“I didn’t start shooting at anyone that didn’t start shooting at me first.”
“Dirty” Harry Callahan (Clint Eastwood) hunts down a team of rookie cops who are murdering notorious criminals.
Genres, Themes, Actors, and Directors:
- Clint Eastwood Films
Response to Peary’s Review:
Peary notes that this second installment in the “Dirty Harry” franchise “lacks the gritty feel and stylistic impositions of the original” but has some “tough, cleverly directed” action scenes and an “exciting”, morally ambiguous script (co-written by Michael Cimino). Since the identity of the killers is made clear from the beginning, there’s no “murder mystery” to be solved; instead, the film’s interest lies primarily in watching how a notorious vigilante cop like Dirty Harry reacts when confronted with a group of sharpshooting fascist rookies (led by blonde David Soul) who take his own cynical attitude to a deadly extreme.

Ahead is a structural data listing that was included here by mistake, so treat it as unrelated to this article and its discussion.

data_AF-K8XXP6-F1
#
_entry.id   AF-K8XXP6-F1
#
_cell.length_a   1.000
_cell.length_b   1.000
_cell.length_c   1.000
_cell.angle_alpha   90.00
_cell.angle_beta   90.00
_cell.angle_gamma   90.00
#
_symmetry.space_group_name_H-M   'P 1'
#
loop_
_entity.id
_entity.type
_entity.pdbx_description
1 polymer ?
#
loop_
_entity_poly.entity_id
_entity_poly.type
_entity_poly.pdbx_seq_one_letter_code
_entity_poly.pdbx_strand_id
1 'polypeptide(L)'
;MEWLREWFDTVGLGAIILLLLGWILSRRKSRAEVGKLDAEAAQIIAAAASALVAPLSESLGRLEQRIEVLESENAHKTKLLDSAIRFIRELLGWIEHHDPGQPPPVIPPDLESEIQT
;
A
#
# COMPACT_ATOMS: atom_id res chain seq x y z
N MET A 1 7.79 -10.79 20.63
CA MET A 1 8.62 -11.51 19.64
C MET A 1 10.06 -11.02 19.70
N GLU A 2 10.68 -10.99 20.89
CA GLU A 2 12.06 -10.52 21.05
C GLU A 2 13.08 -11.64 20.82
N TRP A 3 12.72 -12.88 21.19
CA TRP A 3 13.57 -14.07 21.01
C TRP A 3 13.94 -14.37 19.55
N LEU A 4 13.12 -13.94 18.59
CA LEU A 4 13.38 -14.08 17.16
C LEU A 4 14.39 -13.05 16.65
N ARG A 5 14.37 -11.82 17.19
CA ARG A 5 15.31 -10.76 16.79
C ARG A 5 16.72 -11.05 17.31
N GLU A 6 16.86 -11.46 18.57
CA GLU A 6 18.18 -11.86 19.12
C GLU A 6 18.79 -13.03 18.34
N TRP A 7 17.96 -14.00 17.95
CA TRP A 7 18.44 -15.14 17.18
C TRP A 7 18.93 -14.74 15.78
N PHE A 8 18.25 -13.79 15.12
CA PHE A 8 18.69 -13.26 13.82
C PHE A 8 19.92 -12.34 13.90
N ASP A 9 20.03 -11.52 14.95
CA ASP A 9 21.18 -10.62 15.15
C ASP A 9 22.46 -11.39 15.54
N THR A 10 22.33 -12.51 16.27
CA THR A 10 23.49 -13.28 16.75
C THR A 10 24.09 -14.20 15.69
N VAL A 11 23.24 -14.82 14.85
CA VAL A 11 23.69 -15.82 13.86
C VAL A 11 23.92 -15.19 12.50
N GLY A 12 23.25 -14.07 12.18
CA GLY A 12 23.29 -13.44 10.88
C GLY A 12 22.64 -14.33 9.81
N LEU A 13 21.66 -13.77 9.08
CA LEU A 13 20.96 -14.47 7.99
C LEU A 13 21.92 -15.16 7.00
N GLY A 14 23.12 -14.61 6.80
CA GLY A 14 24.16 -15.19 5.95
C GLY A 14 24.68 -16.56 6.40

(Harry himself states at one point, “I hate the goddamn system, but until someone comes along with changes that make sense, I’ll stick with it.”) The film’s title (magnums are ultra-powerful cartridges) hints at an emphasis on firearms and ballistics throughout, and the scene in which Eastwood battles Soul for top prize in a shooting contest is particularly exciting. However, I could do without the inane “subplot” involving Harry’s sexually available Asian neighbor (Adele Yoshioka), whose two-dimensional presence merely serves to tap into Orientalist fantasies.
Redeeming Qualities and Moments:
- An intriguing premise
- Effective use of San Francisco locales (including the infamously twisty Lombard Street)
No, though it’s certainly worth a look, and must-see for “Dirty Harry” completists.